There are a lot of reasons why Germany has done better than the
United States in the tepid recovery
following the Great Recession but one of the most important is the difference
in attitude in the two countries towards the labor force. In the United States companies regard
manufacturing workers as the enemy. For
them a skilled work force is something that reduces profit, and a cost to be
minimized. Few things make manufacturing
executives happier than firing workers (Mitt Romney was quoted somewhat out of
context when he said he like’s firing people, but not completely).
German manufacturing companies view the labor force in a different light. To them skilled labor is a resource to be cultivated, maintained and protected. They recognize that companies spend huge sums to create a skilled work force and that terminating those workers when there is cost pressure is not the right strategy in the long term.
nearly two-thirds of the country's workers are trained through partnerships
among companies, technical schools and trade guilds. Last year, German
companies took on and trained nearly 600,000 paid apprentices. The schools
provide theoretical lessons on the side, while trade unions help ensure
training is standardized. Germany
When the Great Recession came German companies partnered with labor unions and the government to produce policies and government subsidies to keep workers on the payroll. This kept personal income from falling, shortened the Great Recession and when demand for German manufacturing products increased in the recovery, German manufacturers were ready and able to meet demand with quality products.
The good news in all of this is that German companies are exporting this philosophy to their manufacturing units in the
Volkswagen, whose auto factory will graduate its first class of U.S. apprentices next year, is one of dozens of companies introducing training that combine German-style apprenticeships and vocational schooling.
And it’s not like this isn’t needed.
Though unemployment remains stuck above 8%, companies can't find enough machinists, robotics specialists and other highly skilled workers to maintain their factory floors. An estimated 600,000 skilled, middle-class manufacturing jobs remain unfilled nationwide, even as millions of Americans search for work.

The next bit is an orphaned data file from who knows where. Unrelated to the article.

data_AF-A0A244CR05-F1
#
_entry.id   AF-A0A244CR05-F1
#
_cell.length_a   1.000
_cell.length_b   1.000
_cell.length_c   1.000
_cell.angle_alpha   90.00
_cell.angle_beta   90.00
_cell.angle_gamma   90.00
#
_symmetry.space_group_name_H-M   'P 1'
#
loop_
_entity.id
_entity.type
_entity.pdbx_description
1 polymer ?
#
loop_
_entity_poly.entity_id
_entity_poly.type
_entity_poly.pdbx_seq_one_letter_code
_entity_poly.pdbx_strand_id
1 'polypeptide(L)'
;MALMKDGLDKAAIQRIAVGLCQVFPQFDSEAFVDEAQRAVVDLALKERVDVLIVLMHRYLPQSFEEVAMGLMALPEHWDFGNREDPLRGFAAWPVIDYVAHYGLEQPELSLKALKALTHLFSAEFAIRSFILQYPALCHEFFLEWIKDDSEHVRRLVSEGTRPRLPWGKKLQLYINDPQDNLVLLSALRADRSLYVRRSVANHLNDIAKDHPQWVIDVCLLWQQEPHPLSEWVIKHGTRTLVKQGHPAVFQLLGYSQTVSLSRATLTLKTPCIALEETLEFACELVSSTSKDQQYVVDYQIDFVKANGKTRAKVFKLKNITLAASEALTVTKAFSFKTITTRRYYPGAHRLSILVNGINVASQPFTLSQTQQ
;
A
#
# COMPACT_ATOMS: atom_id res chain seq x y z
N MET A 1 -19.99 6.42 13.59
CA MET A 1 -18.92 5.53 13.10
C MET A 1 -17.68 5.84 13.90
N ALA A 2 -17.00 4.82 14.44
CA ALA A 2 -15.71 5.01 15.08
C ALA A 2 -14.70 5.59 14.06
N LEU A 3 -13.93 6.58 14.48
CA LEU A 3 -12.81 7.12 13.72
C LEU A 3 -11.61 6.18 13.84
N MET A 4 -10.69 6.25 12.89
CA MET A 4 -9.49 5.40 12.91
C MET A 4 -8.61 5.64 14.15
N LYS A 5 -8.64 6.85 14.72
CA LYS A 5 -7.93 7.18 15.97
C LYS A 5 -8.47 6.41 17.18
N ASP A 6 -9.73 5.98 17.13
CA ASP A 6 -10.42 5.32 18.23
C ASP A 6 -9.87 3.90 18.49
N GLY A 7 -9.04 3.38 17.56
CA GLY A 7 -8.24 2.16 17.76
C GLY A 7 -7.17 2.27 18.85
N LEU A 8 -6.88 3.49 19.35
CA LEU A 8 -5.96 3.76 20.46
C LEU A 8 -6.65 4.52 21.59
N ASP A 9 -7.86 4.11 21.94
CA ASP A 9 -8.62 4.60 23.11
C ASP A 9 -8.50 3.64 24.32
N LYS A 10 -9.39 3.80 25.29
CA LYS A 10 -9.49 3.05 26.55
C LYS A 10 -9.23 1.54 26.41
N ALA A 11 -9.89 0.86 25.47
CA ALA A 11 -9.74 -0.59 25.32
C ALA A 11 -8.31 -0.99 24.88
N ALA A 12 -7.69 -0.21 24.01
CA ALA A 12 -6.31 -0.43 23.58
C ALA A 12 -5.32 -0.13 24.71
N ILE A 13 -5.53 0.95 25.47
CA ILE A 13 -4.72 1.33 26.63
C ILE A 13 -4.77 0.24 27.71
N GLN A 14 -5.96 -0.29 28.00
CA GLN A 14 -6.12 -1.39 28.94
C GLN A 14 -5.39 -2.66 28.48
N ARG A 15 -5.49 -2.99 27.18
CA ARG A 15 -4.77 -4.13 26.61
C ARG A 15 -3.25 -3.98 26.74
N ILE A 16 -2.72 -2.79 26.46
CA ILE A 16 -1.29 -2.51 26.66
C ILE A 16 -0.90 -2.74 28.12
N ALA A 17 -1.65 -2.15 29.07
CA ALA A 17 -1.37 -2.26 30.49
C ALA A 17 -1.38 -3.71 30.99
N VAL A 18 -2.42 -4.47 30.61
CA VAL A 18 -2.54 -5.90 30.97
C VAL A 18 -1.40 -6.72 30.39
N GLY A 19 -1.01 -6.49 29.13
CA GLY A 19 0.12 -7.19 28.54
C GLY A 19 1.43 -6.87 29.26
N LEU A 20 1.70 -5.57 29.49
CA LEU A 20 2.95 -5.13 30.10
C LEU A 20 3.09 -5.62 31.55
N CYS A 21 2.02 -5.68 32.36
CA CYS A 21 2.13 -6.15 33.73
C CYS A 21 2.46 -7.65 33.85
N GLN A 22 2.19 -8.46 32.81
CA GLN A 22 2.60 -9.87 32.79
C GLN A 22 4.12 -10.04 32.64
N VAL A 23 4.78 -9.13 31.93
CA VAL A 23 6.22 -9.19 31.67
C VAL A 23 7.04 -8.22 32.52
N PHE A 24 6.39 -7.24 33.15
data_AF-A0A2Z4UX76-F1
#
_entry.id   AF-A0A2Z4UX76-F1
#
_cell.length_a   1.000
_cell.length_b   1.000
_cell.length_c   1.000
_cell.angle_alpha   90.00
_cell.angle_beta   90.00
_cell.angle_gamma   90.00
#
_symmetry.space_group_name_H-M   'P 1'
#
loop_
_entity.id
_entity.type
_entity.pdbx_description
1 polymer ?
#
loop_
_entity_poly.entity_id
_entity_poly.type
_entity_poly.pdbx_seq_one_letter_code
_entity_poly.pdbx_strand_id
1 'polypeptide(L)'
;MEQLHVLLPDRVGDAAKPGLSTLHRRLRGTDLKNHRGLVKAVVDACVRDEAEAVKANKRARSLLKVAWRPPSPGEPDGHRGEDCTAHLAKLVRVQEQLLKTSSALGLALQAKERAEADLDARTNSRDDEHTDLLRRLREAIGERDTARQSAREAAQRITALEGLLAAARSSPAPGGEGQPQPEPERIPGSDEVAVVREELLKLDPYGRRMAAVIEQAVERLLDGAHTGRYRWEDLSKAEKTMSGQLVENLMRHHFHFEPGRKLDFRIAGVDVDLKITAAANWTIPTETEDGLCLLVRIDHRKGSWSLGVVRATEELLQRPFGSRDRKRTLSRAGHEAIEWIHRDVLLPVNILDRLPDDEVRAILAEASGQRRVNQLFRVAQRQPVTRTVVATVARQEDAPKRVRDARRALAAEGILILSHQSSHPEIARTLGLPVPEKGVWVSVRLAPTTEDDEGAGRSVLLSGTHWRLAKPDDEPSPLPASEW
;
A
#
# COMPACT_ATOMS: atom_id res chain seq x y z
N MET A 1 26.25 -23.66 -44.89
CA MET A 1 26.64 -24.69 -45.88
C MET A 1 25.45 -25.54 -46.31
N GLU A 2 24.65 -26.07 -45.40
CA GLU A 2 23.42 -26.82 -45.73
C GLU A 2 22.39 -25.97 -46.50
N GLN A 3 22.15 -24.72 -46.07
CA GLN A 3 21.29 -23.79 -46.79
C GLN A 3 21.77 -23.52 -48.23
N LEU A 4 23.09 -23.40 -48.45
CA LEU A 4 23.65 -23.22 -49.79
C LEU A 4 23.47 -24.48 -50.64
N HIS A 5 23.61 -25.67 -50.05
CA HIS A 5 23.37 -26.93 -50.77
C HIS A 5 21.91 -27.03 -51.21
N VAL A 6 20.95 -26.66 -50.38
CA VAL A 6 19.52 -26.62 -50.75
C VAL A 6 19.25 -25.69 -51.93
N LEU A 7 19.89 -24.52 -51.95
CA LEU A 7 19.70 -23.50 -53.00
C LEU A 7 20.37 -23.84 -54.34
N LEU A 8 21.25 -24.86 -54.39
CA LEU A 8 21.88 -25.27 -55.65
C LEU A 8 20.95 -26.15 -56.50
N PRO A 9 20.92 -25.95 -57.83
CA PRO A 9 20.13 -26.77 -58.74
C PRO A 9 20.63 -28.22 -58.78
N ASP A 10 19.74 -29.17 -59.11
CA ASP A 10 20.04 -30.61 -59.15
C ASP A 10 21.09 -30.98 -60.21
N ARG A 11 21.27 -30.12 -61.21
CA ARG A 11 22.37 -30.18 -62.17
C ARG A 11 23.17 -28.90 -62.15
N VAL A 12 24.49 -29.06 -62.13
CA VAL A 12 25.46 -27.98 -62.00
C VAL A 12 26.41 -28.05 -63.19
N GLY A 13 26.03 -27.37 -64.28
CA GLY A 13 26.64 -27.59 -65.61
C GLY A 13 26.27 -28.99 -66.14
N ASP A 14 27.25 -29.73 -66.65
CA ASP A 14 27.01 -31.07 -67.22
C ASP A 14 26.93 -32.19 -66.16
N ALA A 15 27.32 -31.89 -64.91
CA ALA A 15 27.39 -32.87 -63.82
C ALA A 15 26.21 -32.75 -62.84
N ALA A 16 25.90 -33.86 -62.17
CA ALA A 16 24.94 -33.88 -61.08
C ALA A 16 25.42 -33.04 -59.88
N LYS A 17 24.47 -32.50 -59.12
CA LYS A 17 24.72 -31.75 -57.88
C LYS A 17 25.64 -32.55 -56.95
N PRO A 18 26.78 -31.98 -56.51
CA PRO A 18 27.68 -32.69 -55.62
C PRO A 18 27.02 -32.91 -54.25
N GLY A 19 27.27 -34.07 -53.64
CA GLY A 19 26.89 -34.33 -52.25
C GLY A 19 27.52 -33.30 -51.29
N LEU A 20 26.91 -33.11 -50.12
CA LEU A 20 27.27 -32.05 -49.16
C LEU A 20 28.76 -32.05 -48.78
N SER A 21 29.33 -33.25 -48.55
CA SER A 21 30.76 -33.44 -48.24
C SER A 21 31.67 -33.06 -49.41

But it is not clear if this philosophy and attitude will carry over the
companies. See it involves using, gasp,
government, primarily in the form of coordinating training with community
colleges and high schools. But there is
such close cooperation doesn't often exist. Another stumbling block has been
companies' fear of spending on training, only to see apprentices go elsewhere.
Siemens spends approximately $165,000 an apprentice in its new three-year
mechatronics training program in U.S. Charlotte,
But where apprenticeship programs are reaching a critical mass,
companies have joined. At U.S. Central Piedmont
Community College in , where some 200 German firms have
nearby operations, 18 companies participate in company-tailored apprentice
partnerships. Most are European, but a few, such as Charlotte bearings maker Timken Co.,TKR +2.51% also
take part. U.S.
If it could be adopted by
companies, if executive
could change their attitudes and quit looking at workers and unions as enemies
and costs then maybe they could get this type of program and results. U. S.
Its apprenticeship program is a backup plan to ensure it has enough skilled workers for future plant expansions. About two dozen students join the program each year, then toggle between on-site classroom and on-the job training, while getting paid a starting $10 an hour.
One recruit was 28-year-old Brian Burton, who joined the program last year. When they graduate in 2014, he and his brother Mark will have Volkswagen job offers—likely in skilled maintenance jobs starting at $22 an hour—as well as technical diplomas from Chattanooga State Community College. "It's not an education we can get anywhere else," Mr. Burton said.
No Brian doesn’t look like a cost to most of us, he looks like a valuable resource. Too bad narrow minded corporate executives cannot see it that way.